Western Martial Arts

Western Martial Arts...
and Cutting Practice

Quotes from Western Martial Artists

-Bob Charron; Instructor, St. Martins Academy of Arms, USA

I believe cutting practice is essential to a complete understanding of any Western Martial Art that employs an edged weapon. I believe it essential to informing proper actions with the blade. I have found the tatami mats supplied by Mugen Dachi to be the most effective and versatile material for my test cutting, and their customer service and support of Western Martial Arts are among the very best.

- The value of cutting practice in the WMA's.
The practice of the art of cutting with the weapon is essential to the student of Western Martial Arts. One must participate in test cutting periodically to ensure that the techniques studied from the ancient masters see proper expression in their interpretation. Blade orientation and cutting mechanics relative to the weapon being used should be learned and carefully considered. Each weapon may have some cutting mechanics unique to it, and the manner in which each weapon best accomplishes its task of cutting must always be part of the equation in proper interpretation of the treatises.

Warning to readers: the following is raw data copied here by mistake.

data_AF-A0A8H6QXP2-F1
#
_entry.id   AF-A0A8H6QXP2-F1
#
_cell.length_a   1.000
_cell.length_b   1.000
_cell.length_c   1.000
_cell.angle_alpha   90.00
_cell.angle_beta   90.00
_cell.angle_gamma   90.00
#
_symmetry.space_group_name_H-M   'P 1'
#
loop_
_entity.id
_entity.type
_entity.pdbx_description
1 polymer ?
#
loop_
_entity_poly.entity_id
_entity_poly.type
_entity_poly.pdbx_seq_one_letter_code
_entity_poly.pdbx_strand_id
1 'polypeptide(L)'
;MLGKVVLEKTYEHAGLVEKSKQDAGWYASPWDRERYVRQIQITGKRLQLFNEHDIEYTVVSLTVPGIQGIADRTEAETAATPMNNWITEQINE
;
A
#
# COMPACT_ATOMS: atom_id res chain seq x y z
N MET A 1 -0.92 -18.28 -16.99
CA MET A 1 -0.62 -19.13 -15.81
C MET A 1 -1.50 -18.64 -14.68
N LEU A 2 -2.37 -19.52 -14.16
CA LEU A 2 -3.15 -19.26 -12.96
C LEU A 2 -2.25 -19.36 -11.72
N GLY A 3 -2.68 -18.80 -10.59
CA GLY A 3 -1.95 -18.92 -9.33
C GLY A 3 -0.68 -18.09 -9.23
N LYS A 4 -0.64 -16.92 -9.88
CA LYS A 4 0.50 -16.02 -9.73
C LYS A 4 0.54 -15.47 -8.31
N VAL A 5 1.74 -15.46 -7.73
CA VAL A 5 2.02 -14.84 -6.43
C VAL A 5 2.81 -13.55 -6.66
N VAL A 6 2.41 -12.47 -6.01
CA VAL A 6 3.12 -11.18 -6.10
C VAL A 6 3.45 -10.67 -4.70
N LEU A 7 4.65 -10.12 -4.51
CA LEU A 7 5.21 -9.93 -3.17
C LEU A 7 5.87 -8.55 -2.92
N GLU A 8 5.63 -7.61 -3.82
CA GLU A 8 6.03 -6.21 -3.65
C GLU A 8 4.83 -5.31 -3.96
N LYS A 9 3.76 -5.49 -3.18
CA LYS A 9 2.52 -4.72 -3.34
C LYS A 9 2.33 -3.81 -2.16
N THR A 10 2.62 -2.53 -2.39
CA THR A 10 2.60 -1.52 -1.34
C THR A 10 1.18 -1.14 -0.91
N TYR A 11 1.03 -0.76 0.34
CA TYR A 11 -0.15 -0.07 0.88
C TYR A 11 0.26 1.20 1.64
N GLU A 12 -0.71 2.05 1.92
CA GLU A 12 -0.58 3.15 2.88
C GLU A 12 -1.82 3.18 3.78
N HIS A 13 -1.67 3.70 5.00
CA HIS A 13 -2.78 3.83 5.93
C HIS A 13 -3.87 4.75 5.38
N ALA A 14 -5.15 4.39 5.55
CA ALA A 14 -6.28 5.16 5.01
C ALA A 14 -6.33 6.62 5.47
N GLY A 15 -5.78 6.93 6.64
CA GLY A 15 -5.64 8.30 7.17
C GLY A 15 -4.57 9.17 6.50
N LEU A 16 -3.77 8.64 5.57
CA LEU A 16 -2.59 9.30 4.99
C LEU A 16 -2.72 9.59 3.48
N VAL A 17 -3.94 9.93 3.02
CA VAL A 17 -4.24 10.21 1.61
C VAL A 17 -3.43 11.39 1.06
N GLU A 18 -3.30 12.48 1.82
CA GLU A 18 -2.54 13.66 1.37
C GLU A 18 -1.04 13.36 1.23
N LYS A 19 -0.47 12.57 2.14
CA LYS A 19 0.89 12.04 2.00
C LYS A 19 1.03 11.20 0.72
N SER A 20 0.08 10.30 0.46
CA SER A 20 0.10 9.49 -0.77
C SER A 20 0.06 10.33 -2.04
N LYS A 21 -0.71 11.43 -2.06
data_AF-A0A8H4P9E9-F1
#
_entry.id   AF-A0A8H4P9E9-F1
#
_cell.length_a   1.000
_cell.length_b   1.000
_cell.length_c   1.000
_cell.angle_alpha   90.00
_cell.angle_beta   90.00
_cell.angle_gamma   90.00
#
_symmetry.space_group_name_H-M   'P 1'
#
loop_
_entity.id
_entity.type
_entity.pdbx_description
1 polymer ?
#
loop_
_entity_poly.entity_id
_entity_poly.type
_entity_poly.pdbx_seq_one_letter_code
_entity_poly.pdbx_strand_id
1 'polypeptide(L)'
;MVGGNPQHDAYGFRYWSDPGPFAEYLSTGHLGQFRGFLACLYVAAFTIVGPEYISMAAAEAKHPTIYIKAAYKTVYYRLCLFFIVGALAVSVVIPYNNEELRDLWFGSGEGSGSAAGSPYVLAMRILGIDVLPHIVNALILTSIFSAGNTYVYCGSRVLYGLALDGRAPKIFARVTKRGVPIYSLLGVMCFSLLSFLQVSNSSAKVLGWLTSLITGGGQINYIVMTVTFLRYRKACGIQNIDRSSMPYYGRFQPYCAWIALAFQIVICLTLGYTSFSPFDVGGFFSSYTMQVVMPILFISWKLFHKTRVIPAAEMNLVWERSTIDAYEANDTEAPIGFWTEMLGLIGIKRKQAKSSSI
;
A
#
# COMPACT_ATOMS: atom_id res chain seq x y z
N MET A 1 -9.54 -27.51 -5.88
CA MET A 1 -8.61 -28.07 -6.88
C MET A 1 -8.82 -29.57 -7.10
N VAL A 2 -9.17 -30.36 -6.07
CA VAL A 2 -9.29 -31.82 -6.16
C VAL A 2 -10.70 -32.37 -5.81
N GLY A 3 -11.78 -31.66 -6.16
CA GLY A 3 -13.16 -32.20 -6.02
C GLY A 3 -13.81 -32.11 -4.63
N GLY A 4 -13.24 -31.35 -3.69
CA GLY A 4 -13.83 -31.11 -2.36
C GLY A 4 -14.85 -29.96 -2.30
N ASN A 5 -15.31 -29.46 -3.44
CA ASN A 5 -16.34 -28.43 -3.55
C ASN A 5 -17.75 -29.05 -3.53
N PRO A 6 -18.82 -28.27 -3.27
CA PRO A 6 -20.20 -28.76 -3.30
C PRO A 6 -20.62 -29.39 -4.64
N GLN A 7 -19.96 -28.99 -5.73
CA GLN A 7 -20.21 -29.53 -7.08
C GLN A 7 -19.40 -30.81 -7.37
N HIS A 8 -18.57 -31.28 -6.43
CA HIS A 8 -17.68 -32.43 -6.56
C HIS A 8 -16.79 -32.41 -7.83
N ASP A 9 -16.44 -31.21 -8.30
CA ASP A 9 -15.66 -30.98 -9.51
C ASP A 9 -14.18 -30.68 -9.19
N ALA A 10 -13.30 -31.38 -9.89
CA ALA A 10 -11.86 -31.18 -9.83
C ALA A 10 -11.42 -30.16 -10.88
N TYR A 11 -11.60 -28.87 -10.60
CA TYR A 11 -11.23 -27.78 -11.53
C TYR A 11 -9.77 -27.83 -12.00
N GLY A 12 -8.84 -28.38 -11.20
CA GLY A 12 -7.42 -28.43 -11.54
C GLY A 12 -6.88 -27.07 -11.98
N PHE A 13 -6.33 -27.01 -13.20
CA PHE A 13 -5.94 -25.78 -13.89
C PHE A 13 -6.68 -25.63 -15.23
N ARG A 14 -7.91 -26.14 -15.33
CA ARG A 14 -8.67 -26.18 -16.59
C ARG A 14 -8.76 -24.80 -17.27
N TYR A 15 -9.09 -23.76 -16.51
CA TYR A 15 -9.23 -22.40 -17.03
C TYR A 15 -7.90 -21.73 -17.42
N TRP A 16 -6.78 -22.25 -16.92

-The value of cutting seminars at WMA events.
Cutting seminars taught by those who are accomplished in proper cutting techniques should be on everyone's list of "must sees" during their course of study in Western Martial Arts. Such seminars help inform the student and aid in proper interpretation of the ancient masters. This knowledge can then be used by the student in periodic cutting practice during individual study, and shared with others to foster a better understanding of cutting mechanics within the community.

-St Martins Academy-

-Guy Windsor; School of European Swordsmanship, Finland

Cutting practice is essential for most European sword arts; Mugen Dachi provides the best cutting targets I've ever used and first-class training to go with them. Excellent instructors and a first-class product.

The best, most consistent, cutting medium I've come across, really useful, safe training, and lots of fun.

-School of European Swordsmanship-

-Robert Holland; Instructor, Schola St. George